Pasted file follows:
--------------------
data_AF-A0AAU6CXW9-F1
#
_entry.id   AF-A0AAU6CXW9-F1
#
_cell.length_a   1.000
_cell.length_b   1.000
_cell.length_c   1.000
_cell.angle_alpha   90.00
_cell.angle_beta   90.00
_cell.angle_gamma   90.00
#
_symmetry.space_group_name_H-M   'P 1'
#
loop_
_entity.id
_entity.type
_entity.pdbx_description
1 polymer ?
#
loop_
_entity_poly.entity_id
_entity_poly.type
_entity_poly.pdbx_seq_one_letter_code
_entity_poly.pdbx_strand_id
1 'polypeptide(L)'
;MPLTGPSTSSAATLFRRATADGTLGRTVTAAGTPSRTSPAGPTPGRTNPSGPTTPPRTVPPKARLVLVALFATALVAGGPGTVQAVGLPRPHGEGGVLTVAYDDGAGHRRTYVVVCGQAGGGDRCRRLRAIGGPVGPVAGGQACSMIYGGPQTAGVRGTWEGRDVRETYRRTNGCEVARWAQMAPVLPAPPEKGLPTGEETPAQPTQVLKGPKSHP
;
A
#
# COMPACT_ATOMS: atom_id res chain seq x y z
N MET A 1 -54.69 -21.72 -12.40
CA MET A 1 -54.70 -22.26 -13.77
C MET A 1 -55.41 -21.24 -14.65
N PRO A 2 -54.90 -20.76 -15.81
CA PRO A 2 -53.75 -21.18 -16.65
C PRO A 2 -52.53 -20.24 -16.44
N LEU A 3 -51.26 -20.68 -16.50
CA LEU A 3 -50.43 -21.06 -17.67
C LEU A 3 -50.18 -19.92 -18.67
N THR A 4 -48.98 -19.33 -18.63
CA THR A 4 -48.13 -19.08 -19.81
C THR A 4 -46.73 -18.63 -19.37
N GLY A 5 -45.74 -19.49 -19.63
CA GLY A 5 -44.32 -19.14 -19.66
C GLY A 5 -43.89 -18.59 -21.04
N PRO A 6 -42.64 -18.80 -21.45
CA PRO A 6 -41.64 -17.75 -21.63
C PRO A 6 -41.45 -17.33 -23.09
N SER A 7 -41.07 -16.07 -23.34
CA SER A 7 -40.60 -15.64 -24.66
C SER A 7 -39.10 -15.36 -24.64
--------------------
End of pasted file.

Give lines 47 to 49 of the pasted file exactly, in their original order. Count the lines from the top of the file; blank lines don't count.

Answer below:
CA PRO A 6 -41.64 -17.75 -21.63
C PRO A 6 -41.45 -17.33 -23.09
N SER A 7 -41.07 -16.07 -23.34